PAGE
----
Mozilla CEO Brendan Eich asks to be given the same tolerance and diversity extended to other members of the Mozilla community worldwide: “Beliefs that are protected, that include political and religious speech, are generally not something that can be held against even a CEO,” Eich said, in his first interview since the controversy erupted.
His two big messages?
“One is — without getting into my personal beliefs, which I separate from my Mozilla work — when people learned of the donation, they felt pain. I saw that in friends’ eyes, [friends] who are LGBT. I saw that in 2012. I am sorry for causing that pain.
The other thing is imagine a world without Firefox. Mozilla is under a threat here. We don’t know how big. If Mozilla cannot continue to operate according to its principles of inclusiveness, where you can work on the mission no matter what your background or other beliefs, I think we’ll probably fail. A world without Firefox and without Firefox OS and without our approach to putting the user at the center of cloud services instead of having users get pulled into walled gardens — I think that would be a pretty dark world. I would encourage people to think about that, even if they have a hard time understanding me or meeting me at the Mozilla mission and working on the common cause. . . . If Mozilla became more exclusive and required more litmus tests, I think that would be a mistake that would lead to a much smaller Mozilla, a much more fragmented Mozilla.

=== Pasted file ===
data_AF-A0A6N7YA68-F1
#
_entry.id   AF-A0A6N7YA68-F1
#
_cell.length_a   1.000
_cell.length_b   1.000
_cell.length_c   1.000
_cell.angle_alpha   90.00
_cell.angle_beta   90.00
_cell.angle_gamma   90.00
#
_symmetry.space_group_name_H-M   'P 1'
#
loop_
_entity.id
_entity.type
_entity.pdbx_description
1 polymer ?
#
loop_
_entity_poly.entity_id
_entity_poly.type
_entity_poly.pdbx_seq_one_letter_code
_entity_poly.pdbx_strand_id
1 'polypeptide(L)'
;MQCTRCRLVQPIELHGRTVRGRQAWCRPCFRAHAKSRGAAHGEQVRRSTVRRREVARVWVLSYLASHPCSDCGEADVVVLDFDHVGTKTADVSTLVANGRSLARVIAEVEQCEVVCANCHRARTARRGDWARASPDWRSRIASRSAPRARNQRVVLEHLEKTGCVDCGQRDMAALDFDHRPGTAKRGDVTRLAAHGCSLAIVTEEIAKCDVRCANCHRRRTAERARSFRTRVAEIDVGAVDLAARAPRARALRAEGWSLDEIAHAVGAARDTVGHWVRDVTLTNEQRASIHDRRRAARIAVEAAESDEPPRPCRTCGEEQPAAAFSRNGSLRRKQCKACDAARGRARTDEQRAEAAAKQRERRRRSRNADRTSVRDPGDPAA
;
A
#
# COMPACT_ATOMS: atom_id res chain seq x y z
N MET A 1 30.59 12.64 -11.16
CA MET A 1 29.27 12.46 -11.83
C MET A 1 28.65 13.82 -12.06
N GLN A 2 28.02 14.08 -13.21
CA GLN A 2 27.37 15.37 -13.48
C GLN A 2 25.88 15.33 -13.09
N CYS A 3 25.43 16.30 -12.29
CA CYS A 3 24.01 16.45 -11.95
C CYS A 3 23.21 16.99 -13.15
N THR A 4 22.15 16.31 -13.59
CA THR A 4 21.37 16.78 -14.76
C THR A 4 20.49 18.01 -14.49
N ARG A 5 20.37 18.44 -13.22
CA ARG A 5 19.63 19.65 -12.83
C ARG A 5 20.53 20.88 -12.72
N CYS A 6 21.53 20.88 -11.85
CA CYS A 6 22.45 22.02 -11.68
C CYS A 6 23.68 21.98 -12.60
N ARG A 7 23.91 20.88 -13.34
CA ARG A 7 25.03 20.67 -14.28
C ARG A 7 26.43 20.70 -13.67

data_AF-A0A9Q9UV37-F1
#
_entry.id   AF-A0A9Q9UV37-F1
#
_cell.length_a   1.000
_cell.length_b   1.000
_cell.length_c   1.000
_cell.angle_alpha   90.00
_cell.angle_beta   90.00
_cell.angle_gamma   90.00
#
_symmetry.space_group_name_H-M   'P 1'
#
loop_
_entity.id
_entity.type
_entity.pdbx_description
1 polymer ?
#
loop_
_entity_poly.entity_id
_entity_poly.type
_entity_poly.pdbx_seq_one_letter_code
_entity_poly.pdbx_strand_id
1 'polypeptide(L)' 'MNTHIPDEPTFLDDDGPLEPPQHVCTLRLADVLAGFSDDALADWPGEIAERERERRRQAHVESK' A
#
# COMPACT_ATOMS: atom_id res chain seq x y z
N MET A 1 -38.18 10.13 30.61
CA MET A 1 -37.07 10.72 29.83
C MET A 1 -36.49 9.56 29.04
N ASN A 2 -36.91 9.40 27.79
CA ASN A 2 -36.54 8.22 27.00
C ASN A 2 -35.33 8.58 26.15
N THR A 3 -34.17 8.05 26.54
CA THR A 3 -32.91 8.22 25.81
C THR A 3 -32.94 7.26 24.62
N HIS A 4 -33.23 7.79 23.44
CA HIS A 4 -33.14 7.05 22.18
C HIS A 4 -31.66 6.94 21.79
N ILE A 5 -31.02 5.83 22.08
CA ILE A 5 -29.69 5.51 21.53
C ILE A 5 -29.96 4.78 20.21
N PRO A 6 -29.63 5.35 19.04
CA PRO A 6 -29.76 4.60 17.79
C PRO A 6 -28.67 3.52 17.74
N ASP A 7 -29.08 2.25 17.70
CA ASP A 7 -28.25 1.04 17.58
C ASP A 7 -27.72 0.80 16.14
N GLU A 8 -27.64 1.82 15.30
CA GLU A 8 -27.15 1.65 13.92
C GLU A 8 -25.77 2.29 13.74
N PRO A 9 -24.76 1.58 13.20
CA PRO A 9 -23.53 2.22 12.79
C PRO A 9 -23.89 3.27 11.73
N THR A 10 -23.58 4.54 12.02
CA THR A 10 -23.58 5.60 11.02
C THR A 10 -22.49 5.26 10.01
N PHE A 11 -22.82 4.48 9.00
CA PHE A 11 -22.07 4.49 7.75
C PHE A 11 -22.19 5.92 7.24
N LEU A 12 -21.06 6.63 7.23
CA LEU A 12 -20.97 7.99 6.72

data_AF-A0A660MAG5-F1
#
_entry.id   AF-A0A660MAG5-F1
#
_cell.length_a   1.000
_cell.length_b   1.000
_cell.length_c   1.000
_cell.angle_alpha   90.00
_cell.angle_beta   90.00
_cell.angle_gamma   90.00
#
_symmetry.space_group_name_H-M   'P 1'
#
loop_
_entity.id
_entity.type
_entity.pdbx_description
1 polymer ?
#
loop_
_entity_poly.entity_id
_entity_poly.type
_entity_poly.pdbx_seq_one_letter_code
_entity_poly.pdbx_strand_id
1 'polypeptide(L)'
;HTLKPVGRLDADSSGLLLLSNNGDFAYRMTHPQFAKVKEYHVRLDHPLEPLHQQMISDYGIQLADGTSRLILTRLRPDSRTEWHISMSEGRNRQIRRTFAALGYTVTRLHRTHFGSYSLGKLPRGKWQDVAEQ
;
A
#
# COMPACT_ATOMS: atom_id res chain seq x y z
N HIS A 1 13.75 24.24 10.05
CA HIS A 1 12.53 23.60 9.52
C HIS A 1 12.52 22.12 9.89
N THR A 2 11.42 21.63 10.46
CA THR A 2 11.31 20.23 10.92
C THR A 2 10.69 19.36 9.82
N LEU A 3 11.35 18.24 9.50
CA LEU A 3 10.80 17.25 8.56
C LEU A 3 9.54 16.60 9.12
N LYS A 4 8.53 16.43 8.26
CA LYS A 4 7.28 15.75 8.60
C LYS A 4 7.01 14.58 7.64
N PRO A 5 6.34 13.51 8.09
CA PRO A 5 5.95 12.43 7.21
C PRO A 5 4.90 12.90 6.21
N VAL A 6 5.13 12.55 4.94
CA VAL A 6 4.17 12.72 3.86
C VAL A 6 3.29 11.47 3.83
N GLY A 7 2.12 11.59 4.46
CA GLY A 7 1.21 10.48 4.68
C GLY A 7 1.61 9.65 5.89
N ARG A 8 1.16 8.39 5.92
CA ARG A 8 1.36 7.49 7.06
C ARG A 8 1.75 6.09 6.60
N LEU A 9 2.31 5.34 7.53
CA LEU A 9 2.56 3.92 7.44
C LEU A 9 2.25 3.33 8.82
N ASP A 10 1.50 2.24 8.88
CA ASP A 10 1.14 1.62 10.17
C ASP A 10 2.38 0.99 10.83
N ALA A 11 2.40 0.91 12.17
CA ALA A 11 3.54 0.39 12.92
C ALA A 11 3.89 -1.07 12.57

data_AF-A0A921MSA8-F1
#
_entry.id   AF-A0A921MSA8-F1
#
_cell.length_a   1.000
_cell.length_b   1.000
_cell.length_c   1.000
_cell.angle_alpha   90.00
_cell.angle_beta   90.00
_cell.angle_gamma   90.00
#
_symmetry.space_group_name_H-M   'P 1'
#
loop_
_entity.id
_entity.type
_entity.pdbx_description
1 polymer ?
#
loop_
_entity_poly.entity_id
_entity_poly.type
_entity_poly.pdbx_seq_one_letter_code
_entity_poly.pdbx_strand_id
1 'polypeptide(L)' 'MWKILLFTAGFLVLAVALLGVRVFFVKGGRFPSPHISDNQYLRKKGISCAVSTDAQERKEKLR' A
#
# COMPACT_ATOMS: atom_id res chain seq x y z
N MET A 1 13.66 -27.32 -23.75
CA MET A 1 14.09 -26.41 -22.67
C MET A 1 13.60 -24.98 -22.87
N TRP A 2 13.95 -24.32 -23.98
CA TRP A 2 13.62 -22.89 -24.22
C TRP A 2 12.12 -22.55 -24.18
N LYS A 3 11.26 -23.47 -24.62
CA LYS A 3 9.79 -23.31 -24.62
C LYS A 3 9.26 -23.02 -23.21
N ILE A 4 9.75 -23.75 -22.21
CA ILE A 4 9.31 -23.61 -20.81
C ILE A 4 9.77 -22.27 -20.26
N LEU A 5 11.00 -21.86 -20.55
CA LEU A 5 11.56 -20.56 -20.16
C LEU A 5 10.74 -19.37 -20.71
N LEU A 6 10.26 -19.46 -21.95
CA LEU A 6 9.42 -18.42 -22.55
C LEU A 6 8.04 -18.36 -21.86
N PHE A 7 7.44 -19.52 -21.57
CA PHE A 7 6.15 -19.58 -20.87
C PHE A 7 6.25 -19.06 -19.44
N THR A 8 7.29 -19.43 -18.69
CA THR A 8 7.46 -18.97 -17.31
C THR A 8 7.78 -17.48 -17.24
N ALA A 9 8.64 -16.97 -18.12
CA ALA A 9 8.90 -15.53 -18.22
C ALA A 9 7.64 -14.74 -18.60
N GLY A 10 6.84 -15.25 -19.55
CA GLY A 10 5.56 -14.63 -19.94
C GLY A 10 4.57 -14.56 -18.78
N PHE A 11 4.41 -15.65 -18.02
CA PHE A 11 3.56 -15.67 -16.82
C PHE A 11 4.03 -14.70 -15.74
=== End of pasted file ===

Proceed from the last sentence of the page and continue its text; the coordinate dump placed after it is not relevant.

We have a strong Indonesian community. We’re developing Firefox OS to go into market there. I have people there on the other side of this particular issue. They don’t bring it into Mozilla when they work in the Mozilla community. I met a lot of them at Mozcamp 2012 in Singapore. They don’t have quite the megaphone in that part of the world. But the Mozilla mission and our inclusiveness principles really must matter to include them too.”